How my writing community saved my (writing) life – Kamy Wicoff
By Kamy Wicoff
I don’t remember if there was a specific moment when the thought occurred to me: I may never write again. I’m not sure I ever believed that, ever believed that the thing I’d wanted to do, and had been doing, since I was old enough to read was permanently gone. But I do remember the moment it was clear to me that for a while, anyway, I was going to have to find a way to spend my days that didn’t involve working alone and living inside my head the way writing does.♥
It was during the time my now ex-husband and I were “nesting,” that awful, sadistically cozy-sounding term divorce lawyers use when a couple separates by taking turns living in the marital home with their children. Our boys were very young, and on the days and nights I was without them I spent most of my time crying, journaling, and listening to Bob Dylan’s Blood on the Tracks on a permanent loop. At least, I thought, I was writing. One night, however, I left my journal out on the patio, and the next morning I woke up to find it soaked through with rainwater, a bedraggled ruin of paper and ink. Seeing my journal that way I knew: I hadn’t been writing all these months. I’d been weeping with my words, and the result was as messy, raw, and anguished as I was. My attempts at writing a second book (my first had come out two years before) had been even less successful. With my heart breaking and my body sick with grief, I hadn’t managed one single coherent page.
I was a writer but I couldn’t write. So who was I? And what was I going to do?
I looked around my life like the survivor of a shipwreck, scanning the ocean in search of something that would keep me afloat. And then I saw it, my lifeline, hiding in plain sight: the salon of women writers I had been hosting for several years with a friend and mentor, Nancy K. Miller. At the salon, women writers of all generations and genres came together five times a year over wine, cheese and chocolate to discuss either the business or the craft of writing. It was a talented, dedicated, generous group of women, and over the years I had seen the relationships formed there have meaningful impact on the lives and careers of all involved. The questions was, what could I do with it? Start a writers conference? A nonprofit devoted to supporting women’s writing? Publish a magazine?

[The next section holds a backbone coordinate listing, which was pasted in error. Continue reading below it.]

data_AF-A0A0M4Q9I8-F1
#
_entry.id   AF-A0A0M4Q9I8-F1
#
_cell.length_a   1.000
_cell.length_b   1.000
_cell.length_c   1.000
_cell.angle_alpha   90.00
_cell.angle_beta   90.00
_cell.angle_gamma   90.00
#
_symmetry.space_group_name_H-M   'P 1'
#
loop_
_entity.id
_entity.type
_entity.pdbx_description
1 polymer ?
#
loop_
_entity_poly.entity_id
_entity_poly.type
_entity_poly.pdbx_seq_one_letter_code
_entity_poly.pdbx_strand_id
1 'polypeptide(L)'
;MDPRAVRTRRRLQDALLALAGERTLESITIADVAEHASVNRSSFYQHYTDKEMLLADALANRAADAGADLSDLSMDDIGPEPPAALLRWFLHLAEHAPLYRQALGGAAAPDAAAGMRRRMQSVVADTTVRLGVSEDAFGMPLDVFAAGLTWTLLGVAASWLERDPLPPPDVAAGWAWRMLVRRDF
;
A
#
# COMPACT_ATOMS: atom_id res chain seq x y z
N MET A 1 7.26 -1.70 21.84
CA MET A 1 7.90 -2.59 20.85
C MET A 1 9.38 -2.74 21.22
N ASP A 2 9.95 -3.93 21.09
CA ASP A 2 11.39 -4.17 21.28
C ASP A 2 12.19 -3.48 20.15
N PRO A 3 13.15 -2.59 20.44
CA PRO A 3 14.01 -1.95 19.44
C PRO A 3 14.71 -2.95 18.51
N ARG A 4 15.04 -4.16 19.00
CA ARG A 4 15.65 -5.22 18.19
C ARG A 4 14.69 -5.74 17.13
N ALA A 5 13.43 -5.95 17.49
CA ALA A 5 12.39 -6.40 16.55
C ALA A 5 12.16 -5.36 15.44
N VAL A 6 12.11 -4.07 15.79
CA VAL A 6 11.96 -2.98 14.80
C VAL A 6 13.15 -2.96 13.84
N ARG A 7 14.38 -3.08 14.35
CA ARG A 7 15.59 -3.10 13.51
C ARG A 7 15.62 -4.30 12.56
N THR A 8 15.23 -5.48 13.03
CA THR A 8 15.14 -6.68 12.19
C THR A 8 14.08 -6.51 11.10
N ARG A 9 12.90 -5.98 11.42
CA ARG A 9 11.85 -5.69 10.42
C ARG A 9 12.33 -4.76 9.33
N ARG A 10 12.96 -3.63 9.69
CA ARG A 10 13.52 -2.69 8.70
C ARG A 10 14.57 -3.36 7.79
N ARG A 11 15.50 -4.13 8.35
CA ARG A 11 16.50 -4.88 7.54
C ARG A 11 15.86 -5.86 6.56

I reached out to an old friend from Stanford, Gina Bianchini. She listened to my ideas, and then, in her characteristically blunt but brilliant way, told me: “Don’t start a f***ing magazine. You have a community. Build on that.” Gina was a bit biased: she’d founded a company called Ning.com that enabled individuals to create their own branded social networks, and that was what she directed me to use. But she had also identified a way I could stay connected to writing while forcing myself out of bed and into the outside world, too. I found a partner, the author Deborah Siegel, and together we built a social network called SheWrites.com. I thought it would simply connect the two hundred or so women writers on my mailing list. Instead, within a week, a thousand women from all around the world had joined us. Five plus years after our founding, more than twenty-five thousand have.
By creating a community online seeded by established writers (the women of the salon included Katha Pollitt, Kathryn Harrison, Gretchen Rubin, Francine Prose and Amy Sohn), I went from being a writer who couldn’t write to being the co-founder of She Writes.com, a worldwide web of women I could communicate with any time of day or night. I wasn’t writing, but I was thinking, reading, and writing about writing every day, cheering members of our community on from the sidelines while I waited for my muse to call me back in to the game. And eventually it happened. One day, in an instant I can still recall, the inspiration for my first novel, Wishful Thinking, hit me.
As a writer, I had come back to life. The nurturing, stimulating universe of She Writes had been my life support, keeping me optimistic, open-minded and engaged when my depression had threatened my creativity most. Not only that, when I announced I needed to step away from the day-to-day operation of the site to be a writer again and asked She Writers for help, more virtual hands went up than I could count. One of them was the executive editor of a major publishing house. Six months into my hiatus she called me, and I agreed to talk, despite the fact that I was attempting to isolate myself completely in my writing cave. “I’m calling because I want to start my own press,” she said. “What would you say to partnering?” I said yes. With that phone call, and a lot of hard work that followed, my community, incredibly, became a publishing company, too. She Writes Press now has more than one hundred books on its list. I am so proud to say that one of them is mine.
Kamy Wicoff is the co founder of SheWrites.com, the world’s largest online community for women who write, and co-founder, with publisher Brooke Warner, of She Writes Press. SheWrites.com and SheWrites Press were acquired in 2014 and are now part of the SparkPoint Studio family. Wicoff’s first book, the best-selling I Do But I Don’t: Why the Way We Marry Matters, was published by Da Capo Press in 2006. She serves on the board of Girls Write Now, a mentoring organisation in New York City. Wicoff lives in Brooklyn with her sons, Max and Jed.